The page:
In February, Biden administration officials held a closed-door briefing with senators on Iran’s nuclear program, and as we discussed soon after, it was apparently a sobering discussion: Politico reported that U.S. intelligence agencies believe Iran is now at a stage in which it could produce enough material for a nuclear bomb in as little as two months.
It was against this backdrop that NBC News reported yesterday on the latest findings from the International Atomic Energy Agency.
Iran has accumulated enough enriched uranium to build a nuclear bomb, according to new findings from the United Nations atomic agency. The International Atomic Energy Agency also said in a separate report that Iran has failed to provide credible explanations about nuclear material found at several sites in recent years, raising questions about the nature of its nuclear work.
From the United States’ perspective, broadly speaking, I think that there are a couple of angles to this that are worth keeping in mind: How we reached this point, and what we’re going to do about it.
On the former, I feel like I’ve been banging my head against this wall for a long while, but we’re still dealing with the consequences of Donald Trump’s policy toward Iran. It was Joe Cirincione, whose expertise in international nuclear diplomacy has few rivals, who wrote a piece for NBC News last year explaining that the international community has been tasked with trying to “undo the damage Donald Trump caused when he left an agreement that had effectively shrunk Iran’s [nuclear] program, froze it for a generation and put it under lock and camera.”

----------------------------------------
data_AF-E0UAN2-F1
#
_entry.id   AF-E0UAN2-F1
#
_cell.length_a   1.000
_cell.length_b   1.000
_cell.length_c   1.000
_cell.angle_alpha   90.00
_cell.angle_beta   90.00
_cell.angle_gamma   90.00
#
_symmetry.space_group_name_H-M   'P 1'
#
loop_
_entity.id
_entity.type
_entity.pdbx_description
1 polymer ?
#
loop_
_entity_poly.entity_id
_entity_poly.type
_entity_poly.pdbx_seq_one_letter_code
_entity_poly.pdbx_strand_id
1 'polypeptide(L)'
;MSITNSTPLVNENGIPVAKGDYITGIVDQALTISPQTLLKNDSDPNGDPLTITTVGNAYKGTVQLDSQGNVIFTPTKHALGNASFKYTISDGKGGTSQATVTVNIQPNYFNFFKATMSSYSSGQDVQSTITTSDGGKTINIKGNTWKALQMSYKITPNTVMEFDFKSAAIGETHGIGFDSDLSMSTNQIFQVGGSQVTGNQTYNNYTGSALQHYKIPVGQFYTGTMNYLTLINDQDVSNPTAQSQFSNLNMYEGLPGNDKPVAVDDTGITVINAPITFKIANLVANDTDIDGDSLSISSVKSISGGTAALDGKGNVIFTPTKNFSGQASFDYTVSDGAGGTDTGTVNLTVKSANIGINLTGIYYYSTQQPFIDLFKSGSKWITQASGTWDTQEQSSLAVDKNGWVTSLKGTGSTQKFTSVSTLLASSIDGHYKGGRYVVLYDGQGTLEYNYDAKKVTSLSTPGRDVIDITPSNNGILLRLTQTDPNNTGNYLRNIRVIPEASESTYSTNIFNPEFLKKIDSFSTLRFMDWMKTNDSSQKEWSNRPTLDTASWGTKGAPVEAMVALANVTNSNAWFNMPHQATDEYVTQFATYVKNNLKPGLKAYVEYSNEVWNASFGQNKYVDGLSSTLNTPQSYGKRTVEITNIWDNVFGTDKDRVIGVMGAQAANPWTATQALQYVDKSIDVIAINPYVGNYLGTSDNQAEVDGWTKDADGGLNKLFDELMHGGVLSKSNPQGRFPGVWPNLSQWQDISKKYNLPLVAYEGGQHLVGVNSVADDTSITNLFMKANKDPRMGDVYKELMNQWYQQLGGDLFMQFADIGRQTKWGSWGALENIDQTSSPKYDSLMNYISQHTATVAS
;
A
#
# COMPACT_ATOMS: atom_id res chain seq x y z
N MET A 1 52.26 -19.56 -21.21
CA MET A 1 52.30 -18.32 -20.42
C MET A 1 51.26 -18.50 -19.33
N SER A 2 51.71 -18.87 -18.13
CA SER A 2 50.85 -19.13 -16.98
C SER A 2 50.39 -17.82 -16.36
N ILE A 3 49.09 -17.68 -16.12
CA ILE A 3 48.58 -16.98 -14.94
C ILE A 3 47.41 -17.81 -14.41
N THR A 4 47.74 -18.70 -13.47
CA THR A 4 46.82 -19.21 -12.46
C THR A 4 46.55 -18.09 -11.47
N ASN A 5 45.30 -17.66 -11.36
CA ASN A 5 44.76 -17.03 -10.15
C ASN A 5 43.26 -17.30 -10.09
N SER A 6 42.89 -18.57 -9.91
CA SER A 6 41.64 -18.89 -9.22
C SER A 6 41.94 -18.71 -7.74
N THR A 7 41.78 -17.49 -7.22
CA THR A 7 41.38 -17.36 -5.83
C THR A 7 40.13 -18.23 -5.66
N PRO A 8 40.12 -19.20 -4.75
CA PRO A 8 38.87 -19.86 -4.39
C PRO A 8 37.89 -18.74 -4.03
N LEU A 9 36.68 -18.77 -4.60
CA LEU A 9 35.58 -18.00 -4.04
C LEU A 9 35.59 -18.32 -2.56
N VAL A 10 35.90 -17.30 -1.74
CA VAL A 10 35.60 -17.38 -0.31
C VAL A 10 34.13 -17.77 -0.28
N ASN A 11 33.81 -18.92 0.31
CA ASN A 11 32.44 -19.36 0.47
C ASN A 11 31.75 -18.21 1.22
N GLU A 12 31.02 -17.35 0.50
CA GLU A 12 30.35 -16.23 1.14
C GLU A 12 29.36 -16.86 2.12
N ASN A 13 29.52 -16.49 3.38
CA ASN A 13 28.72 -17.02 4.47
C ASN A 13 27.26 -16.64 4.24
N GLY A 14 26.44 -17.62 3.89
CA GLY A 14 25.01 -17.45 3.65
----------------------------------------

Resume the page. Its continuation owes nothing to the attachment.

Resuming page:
I continue to believe this is an underappreciated truth. As we’ve discussed, the Iran deal — formally known as the Joint Comprehensive Plan of Action (or JCPOA) — did exactly what it set out to do: The agreement dramatically curtailed Tehran’s nuclear ambitions and established a rigorous system of monitoring and verification. Once the policy took effect, each of the parties agreed that the participants were holding up their end of the bargain, and Iran’s nuclear program was, at the time, on indefinite hold.
And then Trump took office and got to work abandoning the policy for reasons he was never able to explain.
The West lost verification access to Tehran’s program, and Iran almost immediately became more dangerous by starting up advanced centrifuges and ending its commitment to limit enrichment of uranium.
What's more, Special Envoy for Iran Robert Malley told the Senate Foreign Relations Committee last week that after Trump’s decision, Iranian attacks on U.S. personnel in the region got worse, Iranian support for regional proxies got worse, and the pace of the Iranians’ nuclear research program got “much worse.”
And now, according to the International Atomic Energy Agency, Iran’s nuclear program — the one that was “frozen for a generation” and “put under lock and camera” as part of Barack Obama’s breakthrough success — has reached a new, dangerous level.
To the extent that accountability matters, Trump and those who celebrated his decision to abandon a policy that was working have some explaining to do.
As for the near future, the Biden administration still hopes to undo Trump’s mistake and strike a new international agreement, though those talks have faltered in recent months, and a breakthrough, at least for now, appears unlikely.
Daryl Kimball of the Arms Control Association think tank told NBC News yesterday that the International Atomic Energy Agency’s findings “underscore the urgency of restoring compliance” with the international compromise deal.